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Active duty military may be involved in advocacy efforts, but not while in uniform or as a representative of the U.S. military.
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Published 9/1/2013
Chad A. Krueger, MD; Kristin Leighty

Advocacy as an Active-Duty Member of the Military

What is allowed and what to avoid

Advocacy is an important part of the movement toward improving the delivery of orthopaedic care. However, for orthopaedicsts who are members of the U.S. Army, Navy, Air Force, or Coast Guard, participation in advocacy efforts may lead to some contention and confusion about what is or is not allowed.

Many orthopaedic surgeons currently serving in the military may not know the answers to even simple questions, such as “Are active duty members of the military allowed to donate to the Orthopaedic Political Action Committee (Orthopaedic PAC)?” As a result, they may act conservatively and refrain from taking any action or making a donation. (In fact, the answer to that question is “Yes, active-duty members of the military may donate to any PAC.”)

Even though many military surgeons are leaders within the orthopaedic community and understand the importance that small actions such as donations to the Orthopaedic PAC can have, military surgeons often remove themselves from all things political. The following information is provided to guide active-duty members of the military in becoming politically involved.

The general rule is that no political activity can be performed on behalf of the U.S. military. However, what a military orthopaedist does on his or her own time and under his or her own authority is completely up to the individual.

What members of the military can do
Under the mandates of Directive 1344.10, “Political Activities by Members of the Armed Forces on Active Duty” (February 2008), active-duty military members can do the following:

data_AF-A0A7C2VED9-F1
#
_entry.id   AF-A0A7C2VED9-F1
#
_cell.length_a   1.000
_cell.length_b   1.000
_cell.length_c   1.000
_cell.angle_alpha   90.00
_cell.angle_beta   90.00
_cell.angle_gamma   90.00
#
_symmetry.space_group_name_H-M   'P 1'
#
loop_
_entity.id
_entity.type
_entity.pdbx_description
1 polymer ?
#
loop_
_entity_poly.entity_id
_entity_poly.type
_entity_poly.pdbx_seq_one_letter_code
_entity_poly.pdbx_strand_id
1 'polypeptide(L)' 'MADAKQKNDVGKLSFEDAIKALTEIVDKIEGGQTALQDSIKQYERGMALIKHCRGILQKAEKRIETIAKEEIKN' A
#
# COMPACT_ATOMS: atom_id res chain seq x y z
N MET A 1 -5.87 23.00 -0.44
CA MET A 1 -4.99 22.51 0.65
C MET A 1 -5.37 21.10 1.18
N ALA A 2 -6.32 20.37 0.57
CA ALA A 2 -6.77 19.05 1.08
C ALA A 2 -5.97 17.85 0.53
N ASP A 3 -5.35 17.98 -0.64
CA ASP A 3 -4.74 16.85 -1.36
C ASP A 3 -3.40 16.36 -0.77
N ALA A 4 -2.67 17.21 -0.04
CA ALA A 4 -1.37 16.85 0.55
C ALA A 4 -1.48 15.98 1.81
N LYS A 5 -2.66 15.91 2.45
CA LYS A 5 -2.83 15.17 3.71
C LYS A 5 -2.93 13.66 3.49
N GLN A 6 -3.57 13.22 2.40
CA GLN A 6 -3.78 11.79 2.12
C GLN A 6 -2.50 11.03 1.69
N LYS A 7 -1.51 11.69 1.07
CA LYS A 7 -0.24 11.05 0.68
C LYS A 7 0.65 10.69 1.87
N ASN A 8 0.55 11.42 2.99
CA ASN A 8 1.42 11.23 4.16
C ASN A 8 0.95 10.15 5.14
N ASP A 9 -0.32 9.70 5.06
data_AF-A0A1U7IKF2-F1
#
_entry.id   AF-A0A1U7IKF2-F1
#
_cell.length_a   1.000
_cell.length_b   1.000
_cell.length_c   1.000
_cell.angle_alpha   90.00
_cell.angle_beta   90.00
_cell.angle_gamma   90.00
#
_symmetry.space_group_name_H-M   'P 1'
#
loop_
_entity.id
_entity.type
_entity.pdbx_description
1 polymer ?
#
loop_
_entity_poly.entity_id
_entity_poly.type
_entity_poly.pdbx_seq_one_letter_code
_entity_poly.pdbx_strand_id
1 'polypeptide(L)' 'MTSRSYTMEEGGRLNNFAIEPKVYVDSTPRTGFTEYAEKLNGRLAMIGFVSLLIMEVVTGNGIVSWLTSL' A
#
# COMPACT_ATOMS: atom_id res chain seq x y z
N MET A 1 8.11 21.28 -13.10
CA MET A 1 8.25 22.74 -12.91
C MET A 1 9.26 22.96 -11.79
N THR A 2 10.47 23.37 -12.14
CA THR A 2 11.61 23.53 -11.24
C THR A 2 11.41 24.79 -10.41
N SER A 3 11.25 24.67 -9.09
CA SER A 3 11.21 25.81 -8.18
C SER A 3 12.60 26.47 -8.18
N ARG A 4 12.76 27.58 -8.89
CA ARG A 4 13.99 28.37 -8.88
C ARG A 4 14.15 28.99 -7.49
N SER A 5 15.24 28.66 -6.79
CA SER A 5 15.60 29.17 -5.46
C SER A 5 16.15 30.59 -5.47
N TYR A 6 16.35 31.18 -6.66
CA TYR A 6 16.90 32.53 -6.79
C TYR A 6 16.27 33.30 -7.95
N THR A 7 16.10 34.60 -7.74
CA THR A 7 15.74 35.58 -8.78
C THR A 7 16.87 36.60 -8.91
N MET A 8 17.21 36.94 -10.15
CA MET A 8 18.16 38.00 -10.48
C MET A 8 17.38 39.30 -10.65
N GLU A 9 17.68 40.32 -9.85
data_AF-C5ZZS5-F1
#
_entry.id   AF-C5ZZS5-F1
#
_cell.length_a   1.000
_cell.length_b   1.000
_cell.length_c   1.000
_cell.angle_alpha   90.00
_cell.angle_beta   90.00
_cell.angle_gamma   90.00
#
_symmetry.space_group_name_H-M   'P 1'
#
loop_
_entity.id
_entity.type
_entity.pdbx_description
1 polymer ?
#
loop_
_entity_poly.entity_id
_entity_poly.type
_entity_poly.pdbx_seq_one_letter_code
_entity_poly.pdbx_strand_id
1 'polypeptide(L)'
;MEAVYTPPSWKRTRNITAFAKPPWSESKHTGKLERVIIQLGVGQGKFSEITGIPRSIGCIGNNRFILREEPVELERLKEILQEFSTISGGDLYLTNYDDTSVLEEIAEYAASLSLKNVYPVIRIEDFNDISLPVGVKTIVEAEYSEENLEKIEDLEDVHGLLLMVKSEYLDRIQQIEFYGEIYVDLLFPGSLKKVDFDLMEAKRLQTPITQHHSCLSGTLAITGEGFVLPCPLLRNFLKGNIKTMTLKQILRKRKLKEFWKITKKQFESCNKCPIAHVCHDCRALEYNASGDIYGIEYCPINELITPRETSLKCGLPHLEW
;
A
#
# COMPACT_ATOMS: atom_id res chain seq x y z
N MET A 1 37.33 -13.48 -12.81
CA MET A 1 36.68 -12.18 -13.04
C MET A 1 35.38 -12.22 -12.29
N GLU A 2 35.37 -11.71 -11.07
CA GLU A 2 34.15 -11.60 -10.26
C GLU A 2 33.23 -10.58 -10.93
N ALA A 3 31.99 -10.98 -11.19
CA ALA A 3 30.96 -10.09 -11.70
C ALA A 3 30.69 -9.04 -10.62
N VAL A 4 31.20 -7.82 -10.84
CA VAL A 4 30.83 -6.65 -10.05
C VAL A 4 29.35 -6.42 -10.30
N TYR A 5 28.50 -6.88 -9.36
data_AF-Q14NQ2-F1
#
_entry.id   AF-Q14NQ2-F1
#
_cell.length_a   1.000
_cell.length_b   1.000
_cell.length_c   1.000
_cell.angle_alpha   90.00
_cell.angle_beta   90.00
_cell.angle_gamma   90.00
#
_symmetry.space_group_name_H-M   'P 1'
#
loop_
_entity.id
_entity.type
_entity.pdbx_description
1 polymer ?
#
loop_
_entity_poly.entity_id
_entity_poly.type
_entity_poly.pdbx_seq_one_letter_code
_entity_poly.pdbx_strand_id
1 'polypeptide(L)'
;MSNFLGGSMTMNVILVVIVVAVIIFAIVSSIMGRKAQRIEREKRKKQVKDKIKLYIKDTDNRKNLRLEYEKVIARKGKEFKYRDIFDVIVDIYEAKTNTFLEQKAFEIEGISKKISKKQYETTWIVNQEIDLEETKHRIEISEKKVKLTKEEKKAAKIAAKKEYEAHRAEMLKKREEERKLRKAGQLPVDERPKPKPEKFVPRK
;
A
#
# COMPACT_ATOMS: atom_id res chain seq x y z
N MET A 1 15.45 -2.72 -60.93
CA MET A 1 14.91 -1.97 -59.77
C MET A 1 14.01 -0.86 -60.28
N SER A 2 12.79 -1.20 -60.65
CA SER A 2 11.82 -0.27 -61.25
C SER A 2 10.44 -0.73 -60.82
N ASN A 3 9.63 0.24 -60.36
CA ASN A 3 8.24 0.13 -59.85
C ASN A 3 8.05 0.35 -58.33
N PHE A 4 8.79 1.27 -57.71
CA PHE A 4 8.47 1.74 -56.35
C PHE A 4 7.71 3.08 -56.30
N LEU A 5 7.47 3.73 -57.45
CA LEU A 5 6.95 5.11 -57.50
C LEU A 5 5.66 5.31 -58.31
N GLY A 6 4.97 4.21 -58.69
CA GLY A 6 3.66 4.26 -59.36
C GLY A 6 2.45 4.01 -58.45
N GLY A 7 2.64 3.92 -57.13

• register, vote, and express an individual, personal opinion on political candidates, as long as the individual does not present him- or herself as a representative of the Armed Forces
  • promote and encourage others to exercise their vote, as long as the active-duty military member does not act as an influencing party on the person
  • attend a partisan or nonpartisan political club and attend its meetings when not in uniform
  • serve as an elected official as long as the position does not represent a partisan party, does not interfere with the individual’s duties as a military officer, is not performed when in uniform, and has the approval of the Secretary of the service branch
  • sign a petition
  • write to a publication expressing personal views on a political issue as long as a statement that these views do not reflect the government’s view is included
  • make monetary contributions to a political organization, party, or committee that favors a partisan candidate, as long as those donations are otherwise legal and fall within the limitations of section 441a of title 2 USC (d) and section 607, title 18 USC
  • display a political bumper sticker
  • attend a fundraiser, rally, or meeting while not in uniform and as long as there is no inference or appearance of sponsorship or endorsement

What members of the military cannot do
Active-duty military members cannot do the following:

  • participate in political fundraising activities while in uniform or with the inference or appearance of endorsement
  • solicit personal contributions for a political party from another member of the military or from any other person while in uniform or as part of their official duty
  • be listed as a sponsor for a partisan political club
  • write letters or participate in radio or television interviews, group discussions, or articles endorsing a particular political candidate
  • act in an official capacity for any political committee or candidate for a campaign
  • engage in any fundraising activities on a military installation or federal facility
  • display a political sign or banner larger than a bumper sticker on their vehicles or in their offices.
  • sell tickets or otherwise promote a political event
  • make a contribution to or solicit a contribution from another member of the Armed Forces on active duty
  • use contemptuous words to describe a political candidate
  • perform any activity that may be reasonably viewed as directly or indirectly linking the Department of Defense to a partisan party

In addition, under section 607, title 18 USC, it is unlawful for anyone connected to a local, state, or federal office to solicit or receive a donation of anything of value in a room that is used for official duties of the U.S. government.

All members of the military should become familiar with these directives. These important guidelines must be followed to maximize participation in the political process while ensuring that no illegal activities take place. If these statutes do not appear to answer certain questions, members of the military can contact their local Judge Advocacy General office for guidance.

Chad A. Krueger, MD, is a resident member of the AAOS. Kristin Leighty is the manager, Orthopaedic Political Action Committee, in the AAOS office of government relations. She can be reached at leighty@aaos.org